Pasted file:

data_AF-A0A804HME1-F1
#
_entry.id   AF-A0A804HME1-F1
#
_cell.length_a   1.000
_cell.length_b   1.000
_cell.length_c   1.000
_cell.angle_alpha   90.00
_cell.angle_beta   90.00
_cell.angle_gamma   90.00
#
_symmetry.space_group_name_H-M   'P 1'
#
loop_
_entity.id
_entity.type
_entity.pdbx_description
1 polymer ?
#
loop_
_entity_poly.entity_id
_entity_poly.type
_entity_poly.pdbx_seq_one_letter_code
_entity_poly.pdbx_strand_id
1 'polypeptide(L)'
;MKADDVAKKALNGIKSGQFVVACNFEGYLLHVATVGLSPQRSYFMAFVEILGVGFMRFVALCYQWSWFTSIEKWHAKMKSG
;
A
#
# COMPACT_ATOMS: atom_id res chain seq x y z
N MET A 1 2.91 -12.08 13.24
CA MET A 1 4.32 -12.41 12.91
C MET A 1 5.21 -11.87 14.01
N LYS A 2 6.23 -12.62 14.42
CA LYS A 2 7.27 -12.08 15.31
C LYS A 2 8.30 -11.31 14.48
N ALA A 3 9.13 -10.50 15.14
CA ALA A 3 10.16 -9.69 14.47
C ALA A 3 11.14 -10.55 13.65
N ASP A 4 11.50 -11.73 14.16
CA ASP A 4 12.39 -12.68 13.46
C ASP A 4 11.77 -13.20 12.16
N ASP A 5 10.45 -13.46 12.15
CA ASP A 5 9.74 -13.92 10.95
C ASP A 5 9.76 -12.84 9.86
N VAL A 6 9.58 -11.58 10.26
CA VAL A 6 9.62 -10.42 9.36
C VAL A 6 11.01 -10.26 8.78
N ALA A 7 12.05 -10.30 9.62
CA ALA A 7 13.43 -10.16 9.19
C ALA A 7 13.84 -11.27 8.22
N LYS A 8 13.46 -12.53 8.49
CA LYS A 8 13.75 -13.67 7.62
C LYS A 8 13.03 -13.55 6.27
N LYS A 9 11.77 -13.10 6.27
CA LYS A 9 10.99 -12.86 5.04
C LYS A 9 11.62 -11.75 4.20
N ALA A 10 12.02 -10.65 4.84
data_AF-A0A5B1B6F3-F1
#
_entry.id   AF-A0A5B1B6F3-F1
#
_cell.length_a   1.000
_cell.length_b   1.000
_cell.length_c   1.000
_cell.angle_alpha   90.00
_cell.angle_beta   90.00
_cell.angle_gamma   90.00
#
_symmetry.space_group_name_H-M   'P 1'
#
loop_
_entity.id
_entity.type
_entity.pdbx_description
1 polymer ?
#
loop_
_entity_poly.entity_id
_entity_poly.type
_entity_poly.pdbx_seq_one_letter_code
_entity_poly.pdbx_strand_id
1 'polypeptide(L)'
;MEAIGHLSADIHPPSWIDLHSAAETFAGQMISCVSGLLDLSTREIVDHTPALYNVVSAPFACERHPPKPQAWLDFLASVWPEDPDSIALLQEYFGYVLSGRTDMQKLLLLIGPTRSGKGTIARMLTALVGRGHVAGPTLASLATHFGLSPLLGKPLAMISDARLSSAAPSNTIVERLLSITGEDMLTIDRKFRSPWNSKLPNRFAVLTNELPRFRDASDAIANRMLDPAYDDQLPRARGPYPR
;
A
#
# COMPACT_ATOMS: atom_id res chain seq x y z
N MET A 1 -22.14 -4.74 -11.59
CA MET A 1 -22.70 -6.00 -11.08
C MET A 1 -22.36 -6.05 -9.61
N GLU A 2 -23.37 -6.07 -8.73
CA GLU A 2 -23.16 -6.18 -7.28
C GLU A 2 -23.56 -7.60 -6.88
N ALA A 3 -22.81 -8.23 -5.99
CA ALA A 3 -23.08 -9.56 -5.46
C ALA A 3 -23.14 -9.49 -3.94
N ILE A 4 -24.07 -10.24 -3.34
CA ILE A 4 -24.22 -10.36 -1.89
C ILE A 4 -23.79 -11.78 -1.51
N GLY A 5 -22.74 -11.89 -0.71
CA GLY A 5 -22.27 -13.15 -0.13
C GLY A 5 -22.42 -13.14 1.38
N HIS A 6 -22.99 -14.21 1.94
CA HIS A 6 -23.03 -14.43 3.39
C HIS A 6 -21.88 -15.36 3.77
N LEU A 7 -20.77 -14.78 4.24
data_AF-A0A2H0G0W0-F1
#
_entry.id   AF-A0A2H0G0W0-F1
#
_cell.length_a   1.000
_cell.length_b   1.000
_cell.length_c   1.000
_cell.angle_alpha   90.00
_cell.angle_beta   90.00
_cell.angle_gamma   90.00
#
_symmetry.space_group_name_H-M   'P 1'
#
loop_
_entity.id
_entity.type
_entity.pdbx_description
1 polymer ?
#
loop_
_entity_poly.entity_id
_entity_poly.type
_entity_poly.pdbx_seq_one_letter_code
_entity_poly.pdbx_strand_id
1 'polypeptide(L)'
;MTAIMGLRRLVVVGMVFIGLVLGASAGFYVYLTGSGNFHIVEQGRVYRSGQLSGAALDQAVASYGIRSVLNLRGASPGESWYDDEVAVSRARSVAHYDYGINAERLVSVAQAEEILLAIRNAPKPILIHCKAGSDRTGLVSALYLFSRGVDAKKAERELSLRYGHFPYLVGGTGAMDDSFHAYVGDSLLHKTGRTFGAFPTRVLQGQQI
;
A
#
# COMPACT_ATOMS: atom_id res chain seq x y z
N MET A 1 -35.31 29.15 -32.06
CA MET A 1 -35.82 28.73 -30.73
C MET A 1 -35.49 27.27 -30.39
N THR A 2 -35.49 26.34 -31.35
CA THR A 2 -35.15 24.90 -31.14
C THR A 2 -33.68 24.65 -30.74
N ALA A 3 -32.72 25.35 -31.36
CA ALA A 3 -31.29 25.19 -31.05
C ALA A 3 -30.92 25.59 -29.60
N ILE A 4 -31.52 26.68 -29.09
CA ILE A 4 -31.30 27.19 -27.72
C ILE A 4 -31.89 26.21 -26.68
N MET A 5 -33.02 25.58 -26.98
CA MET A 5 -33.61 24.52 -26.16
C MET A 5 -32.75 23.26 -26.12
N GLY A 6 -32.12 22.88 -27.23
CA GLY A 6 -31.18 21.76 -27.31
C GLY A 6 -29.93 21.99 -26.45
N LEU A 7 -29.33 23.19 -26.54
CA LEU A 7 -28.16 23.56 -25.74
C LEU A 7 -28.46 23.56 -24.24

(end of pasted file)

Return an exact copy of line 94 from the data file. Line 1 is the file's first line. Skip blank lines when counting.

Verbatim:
C GLU A 2 -23.56 -7.60 -6.88